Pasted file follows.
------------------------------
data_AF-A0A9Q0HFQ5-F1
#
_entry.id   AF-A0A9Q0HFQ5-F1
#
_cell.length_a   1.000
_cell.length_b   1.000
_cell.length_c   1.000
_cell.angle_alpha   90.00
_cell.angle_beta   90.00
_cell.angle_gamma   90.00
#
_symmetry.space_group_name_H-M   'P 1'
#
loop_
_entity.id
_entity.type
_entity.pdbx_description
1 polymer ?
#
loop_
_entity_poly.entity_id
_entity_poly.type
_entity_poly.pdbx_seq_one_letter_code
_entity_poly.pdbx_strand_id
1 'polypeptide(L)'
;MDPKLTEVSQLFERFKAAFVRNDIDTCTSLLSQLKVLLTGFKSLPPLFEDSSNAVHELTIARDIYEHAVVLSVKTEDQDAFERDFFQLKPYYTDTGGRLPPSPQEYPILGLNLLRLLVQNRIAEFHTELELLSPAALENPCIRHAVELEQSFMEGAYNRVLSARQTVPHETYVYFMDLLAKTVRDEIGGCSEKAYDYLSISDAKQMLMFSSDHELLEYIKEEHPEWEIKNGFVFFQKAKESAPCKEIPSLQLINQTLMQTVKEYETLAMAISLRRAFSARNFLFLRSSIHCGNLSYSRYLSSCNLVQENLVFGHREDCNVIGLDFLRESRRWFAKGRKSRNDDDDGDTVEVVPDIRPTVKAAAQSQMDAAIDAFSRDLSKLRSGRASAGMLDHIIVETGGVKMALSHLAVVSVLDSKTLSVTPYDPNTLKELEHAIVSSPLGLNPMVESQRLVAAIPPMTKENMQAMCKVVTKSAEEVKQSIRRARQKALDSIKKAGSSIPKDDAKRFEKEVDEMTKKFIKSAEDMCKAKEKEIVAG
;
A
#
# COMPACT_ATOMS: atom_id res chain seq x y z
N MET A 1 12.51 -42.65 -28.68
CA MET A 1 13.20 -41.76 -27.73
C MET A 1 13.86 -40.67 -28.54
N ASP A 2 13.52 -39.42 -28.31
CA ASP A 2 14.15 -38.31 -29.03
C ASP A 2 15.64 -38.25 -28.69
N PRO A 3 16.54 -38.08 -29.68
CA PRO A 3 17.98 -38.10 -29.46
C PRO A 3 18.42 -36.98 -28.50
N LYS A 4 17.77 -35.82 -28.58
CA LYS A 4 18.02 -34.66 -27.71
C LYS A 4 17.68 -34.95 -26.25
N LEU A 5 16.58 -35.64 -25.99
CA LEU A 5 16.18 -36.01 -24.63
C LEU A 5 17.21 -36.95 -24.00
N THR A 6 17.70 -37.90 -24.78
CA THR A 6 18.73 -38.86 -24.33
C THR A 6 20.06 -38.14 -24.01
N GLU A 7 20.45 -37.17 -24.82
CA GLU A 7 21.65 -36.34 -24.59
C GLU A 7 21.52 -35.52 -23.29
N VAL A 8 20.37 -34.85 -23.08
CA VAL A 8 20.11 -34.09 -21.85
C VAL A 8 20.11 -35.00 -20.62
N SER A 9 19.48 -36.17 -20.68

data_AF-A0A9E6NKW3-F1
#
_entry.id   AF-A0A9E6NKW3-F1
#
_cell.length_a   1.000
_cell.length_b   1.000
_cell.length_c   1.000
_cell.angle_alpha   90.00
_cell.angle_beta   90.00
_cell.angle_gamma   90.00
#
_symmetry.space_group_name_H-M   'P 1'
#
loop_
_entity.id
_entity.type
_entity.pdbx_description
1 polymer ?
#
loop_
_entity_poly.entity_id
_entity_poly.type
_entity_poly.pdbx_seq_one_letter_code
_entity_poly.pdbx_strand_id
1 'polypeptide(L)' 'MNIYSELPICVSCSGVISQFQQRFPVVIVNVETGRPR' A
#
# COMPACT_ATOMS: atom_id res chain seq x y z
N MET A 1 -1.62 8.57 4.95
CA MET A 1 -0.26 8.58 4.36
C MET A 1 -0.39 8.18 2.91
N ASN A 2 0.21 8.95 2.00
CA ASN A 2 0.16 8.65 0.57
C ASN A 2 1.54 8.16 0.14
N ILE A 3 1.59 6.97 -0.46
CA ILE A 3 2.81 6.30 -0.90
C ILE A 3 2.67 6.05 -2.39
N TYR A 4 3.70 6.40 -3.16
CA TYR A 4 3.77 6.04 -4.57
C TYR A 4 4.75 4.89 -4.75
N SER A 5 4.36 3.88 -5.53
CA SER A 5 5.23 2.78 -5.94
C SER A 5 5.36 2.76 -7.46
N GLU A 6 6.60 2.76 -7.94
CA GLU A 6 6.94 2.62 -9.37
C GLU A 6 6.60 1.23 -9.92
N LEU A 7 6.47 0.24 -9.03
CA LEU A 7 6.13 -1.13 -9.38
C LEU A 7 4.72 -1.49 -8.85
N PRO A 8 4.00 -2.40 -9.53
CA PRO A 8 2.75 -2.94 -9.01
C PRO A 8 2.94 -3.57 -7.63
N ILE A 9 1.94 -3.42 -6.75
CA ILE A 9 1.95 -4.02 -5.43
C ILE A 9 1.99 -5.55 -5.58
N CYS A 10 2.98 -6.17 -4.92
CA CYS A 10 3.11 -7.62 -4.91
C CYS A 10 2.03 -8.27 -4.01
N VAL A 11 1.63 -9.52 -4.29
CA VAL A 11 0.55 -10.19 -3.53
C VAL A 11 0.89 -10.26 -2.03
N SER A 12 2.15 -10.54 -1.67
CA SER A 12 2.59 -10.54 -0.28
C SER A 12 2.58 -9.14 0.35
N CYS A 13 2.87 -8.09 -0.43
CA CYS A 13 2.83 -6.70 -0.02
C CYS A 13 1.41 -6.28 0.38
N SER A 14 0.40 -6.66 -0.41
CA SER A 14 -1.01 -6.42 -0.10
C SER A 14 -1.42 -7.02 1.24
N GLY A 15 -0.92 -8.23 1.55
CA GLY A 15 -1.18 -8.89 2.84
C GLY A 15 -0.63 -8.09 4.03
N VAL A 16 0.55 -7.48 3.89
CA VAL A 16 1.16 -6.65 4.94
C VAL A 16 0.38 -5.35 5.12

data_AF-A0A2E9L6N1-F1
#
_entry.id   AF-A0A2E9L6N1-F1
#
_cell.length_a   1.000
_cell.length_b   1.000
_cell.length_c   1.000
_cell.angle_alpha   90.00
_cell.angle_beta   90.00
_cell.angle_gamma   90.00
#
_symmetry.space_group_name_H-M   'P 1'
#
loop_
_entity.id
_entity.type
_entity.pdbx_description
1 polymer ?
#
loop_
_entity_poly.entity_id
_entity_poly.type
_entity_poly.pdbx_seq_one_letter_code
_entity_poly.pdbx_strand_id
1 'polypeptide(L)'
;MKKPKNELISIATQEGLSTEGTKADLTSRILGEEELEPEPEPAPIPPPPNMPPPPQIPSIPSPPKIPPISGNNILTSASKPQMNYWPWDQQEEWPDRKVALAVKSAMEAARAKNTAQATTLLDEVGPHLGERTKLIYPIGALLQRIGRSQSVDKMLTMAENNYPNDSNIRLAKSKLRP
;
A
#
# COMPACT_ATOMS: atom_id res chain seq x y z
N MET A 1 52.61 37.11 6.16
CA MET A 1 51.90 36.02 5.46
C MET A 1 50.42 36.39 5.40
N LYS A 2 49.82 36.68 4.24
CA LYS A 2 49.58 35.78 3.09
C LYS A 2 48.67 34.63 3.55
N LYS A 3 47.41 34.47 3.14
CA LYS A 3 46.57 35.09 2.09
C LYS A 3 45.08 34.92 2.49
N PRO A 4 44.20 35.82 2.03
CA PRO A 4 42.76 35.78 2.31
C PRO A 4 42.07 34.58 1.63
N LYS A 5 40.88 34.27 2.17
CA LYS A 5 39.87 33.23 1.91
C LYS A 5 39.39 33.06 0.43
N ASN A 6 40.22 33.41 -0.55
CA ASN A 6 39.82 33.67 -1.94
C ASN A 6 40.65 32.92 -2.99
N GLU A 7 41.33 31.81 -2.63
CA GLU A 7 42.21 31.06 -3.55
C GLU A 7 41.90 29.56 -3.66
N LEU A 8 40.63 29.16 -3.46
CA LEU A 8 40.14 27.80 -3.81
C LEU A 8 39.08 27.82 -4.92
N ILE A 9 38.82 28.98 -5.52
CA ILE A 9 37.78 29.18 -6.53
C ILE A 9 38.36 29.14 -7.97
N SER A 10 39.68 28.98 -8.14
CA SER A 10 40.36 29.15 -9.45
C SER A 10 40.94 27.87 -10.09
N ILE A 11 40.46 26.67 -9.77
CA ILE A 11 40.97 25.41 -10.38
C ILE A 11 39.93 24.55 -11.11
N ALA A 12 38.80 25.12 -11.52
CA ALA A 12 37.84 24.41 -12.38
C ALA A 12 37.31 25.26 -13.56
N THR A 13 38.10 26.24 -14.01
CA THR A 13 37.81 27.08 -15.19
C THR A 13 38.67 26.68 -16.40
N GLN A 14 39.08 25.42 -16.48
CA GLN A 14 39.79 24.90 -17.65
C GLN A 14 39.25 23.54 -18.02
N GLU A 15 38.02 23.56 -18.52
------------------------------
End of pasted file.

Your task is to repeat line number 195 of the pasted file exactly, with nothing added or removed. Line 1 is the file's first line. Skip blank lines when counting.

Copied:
CA ALA A 12 37.84 24.41 -12.38